It now appears that structural issues with the jail, constructed by prison construction firm Hale Mills, may be at fault. The facility has flunked its Texas Commission on Jail Standards review, according to the River Tribune ("State officials find Burnet County Jail flunks security review, March 5):
"The Burnet County Jail has flunked a state inspection that found design flaws in the wake of an escape March 1 by an inmate who chiseled a hole in the wall.
The state report says the private-public jail, which opened with 587 beds in April 2009 at a cost of $23 million, is "non-compliant" with security standards. "It means something is wrong," County Judge Donna Klaeger said March 5.
The Burnet County Sheriff's Office supervises the jail, which is operated by the private firm LaSalle Southwest Corrections.
Texas Commission on Jail Standards inspectors recently found "deficiencies" in the network of concrete blocks and reinforcement bars that support walls near cells for handicapped inmates, Executive Director Adan Munoz said."
This is certainly not the first problem for the Burnet County Jail. The prison had another high-profile escape in September of 2009. In the fall-out from that escape, the jail received a sharp rebuke from the Jail Standards Commission for not providing medical care to a pregnant inmate, amongst other problem. At the time, TCJS director Muñoz described the situation this way: “The best way to describe it is a lack of diligence, a lack of professionalism." It doesn't appear that much has changed for LaSalle Southwestern Corrections.
Jared Taylor at the McAllen Monitor continues his paper's excellent coverage of ongoing problems at the LCS Corrections-operated East Hidalgo Detention Center, this time with a story on an investigation into the adequateness of inmate tuberculosis testing at the facility. Early in the week, the Monitor reported that the LCS warden at the facility, Elberto E. Bravo, had been suspended as he faced a federal criminal investigation into fraud, bribery and theft allegations.
In Saturday's Monitor ("Tuberculosis concerns at La Villa prison irk officials," March 3) story details a multi-agency meeting about problems in screening of TB patients at the prison located in La Villa. According to the story:
"The Monitor learned of a meeting between several federal, state and local agencies and LCS Corrections, which owns and operates the East Hidalgo Detention Center in La Villa. Questions about the facility came after the prison’s warden was suspended late last month.
Health officials questioned the prison doctor’s assertion that it was safe for possible carriers of tuberculosis — including inmates who had tested positive in the past — to be kept with the rest of the prison’s population, said Adan Muñoz, executive director of the Texas Commission on Jail Standards.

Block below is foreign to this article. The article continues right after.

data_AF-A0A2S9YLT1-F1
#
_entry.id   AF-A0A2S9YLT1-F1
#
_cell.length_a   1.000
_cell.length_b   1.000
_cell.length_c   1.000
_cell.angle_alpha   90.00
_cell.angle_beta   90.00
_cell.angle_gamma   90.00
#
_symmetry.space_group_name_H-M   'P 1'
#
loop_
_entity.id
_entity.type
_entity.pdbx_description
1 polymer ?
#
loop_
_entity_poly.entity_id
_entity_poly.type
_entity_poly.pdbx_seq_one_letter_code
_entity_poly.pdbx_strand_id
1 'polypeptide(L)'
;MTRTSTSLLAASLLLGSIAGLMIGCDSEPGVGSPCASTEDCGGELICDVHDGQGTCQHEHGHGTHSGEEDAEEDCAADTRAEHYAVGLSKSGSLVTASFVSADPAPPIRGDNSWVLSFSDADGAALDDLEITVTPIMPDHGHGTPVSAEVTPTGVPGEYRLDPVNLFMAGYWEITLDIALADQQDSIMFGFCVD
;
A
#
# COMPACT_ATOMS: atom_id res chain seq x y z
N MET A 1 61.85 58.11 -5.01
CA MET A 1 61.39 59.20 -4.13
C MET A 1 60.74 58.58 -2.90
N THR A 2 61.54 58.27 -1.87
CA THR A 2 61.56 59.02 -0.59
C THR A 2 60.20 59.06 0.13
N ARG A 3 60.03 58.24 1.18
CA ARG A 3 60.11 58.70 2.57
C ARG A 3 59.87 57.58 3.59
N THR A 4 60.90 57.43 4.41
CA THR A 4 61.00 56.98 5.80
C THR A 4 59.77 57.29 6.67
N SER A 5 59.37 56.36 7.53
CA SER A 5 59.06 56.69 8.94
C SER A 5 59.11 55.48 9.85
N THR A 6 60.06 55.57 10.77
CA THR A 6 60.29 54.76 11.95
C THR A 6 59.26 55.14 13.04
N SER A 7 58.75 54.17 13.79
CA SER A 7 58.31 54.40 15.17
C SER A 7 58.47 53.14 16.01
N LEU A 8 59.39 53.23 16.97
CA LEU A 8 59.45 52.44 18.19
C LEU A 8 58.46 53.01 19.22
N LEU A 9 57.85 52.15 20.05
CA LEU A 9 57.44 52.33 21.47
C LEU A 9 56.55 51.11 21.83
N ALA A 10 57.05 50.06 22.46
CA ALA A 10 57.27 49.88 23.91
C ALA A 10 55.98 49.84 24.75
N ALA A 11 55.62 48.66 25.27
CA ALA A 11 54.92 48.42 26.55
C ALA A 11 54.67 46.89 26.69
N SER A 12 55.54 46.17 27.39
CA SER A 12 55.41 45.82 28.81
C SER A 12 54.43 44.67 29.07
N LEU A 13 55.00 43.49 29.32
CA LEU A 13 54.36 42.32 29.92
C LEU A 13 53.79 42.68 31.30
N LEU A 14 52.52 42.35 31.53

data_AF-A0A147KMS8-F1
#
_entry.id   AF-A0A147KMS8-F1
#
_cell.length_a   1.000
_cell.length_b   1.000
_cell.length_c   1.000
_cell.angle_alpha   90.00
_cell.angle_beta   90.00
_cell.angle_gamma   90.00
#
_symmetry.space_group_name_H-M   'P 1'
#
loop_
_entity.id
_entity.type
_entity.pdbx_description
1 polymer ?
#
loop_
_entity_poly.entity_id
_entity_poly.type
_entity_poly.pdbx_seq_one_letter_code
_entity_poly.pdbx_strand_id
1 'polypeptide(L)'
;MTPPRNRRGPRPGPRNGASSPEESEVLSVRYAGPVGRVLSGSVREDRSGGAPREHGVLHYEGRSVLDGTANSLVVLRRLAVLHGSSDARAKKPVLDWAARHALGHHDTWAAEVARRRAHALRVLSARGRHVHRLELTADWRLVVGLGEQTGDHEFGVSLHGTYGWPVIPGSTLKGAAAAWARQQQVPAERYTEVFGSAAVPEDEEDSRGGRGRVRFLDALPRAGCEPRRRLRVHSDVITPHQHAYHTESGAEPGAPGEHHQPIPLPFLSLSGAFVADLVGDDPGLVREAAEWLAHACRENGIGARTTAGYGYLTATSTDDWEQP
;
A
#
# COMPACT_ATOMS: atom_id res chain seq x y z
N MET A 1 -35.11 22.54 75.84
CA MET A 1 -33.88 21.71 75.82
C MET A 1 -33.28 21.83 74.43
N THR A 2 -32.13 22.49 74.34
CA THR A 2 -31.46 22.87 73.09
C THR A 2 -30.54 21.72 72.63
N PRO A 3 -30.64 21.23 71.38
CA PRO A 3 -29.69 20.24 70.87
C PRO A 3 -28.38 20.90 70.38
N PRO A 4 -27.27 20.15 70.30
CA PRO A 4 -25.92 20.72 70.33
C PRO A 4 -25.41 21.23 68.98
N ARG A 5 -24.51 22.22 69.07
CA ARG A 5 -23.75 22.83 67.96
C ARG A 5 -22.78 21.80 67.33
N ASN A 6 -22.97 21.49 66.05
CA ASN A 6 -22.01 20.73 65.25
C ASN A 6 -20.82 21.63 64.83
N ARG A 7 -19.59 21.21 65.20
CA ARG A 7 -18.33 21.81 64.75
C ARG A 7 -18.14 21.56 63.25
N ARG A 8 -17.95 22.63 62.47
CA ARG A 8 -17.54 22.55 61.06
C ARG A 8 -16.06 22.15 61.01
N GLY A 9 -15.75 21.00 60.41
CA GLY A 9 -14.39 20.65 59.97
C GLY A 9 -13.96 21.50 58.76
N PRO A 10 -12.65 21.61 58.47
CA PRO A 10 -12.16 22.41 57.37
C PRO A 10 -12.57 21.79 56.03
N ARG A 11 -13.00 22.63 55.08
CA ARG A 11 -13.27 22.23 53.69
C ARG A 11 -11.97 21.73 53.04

... The meeting came after Hidalgo County Health Department officials learned a federal inmate at the facility recently who tested positive for tuberculosis, was released to Border Patrol agents and deported to Mexico without treatment, Sheriff Lupe Treviño said. “He was deported without any precautions or advisories put out,” the sheriff said.
In another instance, county health officials learned of four inmates at the prison who had tested positive for tuberculosis or were possible carriers of the infection and were among other inmates, said Shannon Herklotz, assistant director of the Texas Commission on Jail Standards, who attended the meeting last month.
County officials raised their concerns with LCS, but received little response from the prison’s management."
Accountability and transparency appear to be problems at the facility. We'll keep you posted on updates.
This is how Jared Taylor's recent article in the McCallen Monitor ("Criminal inquiry into East Hidalgo warden prompts suspension," Feb. 27) begins:
"The warden at Hidalgo County’s only privately owned detention center has been suspended with pay amid a federal investigation into criminal allegations.
Elberto E. Bravo, 52, was suspended with pay from his post at the East Hidalgo Detention Center late last week amid a federal inquiry into fraud, bribery and theft allegations, a law enforcement official familiar with the situation said.
The federal inquiry into Bravo came after the U.S. Marshals Service began investigating the privately owned detention center last month. Further details about the federal inquiry were unavailable late Monday evening."
Last October, a nurse was of smuggling marijuana into the facility. However, there is no indication the two investigations are related and there is clearly much more information needed on this story. We'll keep you updated as we find out more. In the meantime, check out our 2007 article, "A Closer Look at LCS Corrections," about the company that operates East Hidalgo.